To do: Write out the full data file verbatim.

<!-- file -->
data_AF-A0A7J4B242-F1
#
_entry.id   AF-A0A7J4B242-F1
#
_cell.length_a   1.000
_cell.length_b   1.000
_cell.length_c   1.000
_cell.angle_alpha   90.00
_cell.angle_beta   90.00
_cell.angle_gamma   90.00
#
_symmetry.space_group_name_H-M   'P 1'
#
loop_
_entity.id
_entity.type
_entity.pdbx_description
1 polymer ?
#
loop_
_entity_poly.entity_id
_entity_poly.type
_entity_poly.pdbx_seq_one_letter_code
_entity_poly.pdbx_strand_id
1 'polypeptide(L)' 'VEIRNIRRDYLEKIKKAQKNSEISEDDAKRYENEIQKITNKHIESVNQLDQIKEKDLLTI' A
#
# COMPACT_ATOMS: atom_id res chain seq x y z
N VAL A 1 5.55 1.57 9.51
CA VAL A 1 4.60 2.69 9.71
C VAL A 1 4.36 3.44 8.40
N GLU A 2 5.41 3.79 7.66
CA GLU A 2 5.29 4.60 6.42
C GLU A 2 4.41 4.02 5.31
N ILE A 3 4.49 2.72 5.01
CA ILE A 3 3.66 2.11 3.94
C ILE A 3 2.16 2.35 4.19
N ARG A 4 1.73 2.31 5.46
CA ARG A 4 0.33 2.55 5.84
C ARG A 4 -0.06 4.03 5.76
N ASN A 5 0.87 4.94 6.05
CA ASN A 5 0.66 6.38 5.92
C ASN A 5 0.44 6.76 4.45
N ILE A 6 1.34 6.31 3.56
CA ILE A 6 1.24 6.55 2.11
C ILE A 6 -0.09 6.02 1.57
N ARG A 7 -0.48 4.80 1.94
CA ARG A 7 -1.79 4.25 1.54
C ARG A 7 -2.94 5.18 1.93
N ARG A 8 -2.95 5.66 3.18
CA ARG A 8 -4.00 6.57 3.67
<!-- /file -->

data_AF-A0A7J4B242-F1
#
_entry.id   AF-A0A7J4B242-F1
#
_cell.length_a   1.000
_cell.length_b   1.000
_cell.length_c   1.000
_cell.angle_alpha   90.00
_cell.angle_beta   90.00
_cell.angle_gamma   90.00
#
_symmetry.space_group_name_H-M   'P 1'
#
loop_
_entity.id
_entity.type
_entity.pdbx_description
1 polymer ?
#
loop_
_entity_poly.entity_id
_entity_poly.type
_entity_poly.pdbx_seq_one_letter_code
_entity_poly.pdbx_strand_id
1 'polypeptide(L)' 'VEIRNIRRDYLEKIKKAQKNSEISEDDAKRYENEIQKITNKHIESVNQLDQIKEKDLLTI' A
#
# COMPACT_ATOMS: atom_id res chain seq x y z
N VAL A 1 5.55 1.57 9.51
CA VAL A 1 4.60 2.69 9.71
C VAL A 1 4.36 3.44 8.40
N GLU A 2 5.41 3.79 7.66
CA GLU A 2 5.29 4.60 6.42
C GLU A 2 4.41 4.02 5.31
N ILE A 3 4.49 2.72 5.01
CA ILE A 3 3.66 2.11 3.94
C ILE A 3 2.16 2.35 4.19
N ARG A 4 1.73 2.31 5.46
CA ARG A 4 0.33 2.55 5.84
C ARG A 4 -0.06 4.03 5.76
N ASN A 5 0.87 4.94 6.05
CA ASN A 5 0.66 6.38 5.92
C ASN A 5 0.44 6.76 4.45
N ILE A 6 1.34 6.31 3.56
CA ILE A 6 1.24 6.55 2.11
C ILE A 6 -0.09 6.02 1.57
N ARG A 7 -0.48 4.80 1.94
CA ARG A 7 -1.79 4.25 1.54
C ARG A 7 -2.94 5.18 1.93
N ARG A 8 -2.95 5.66 3.18
CA ARG A 8 -4.00 6.57 3.67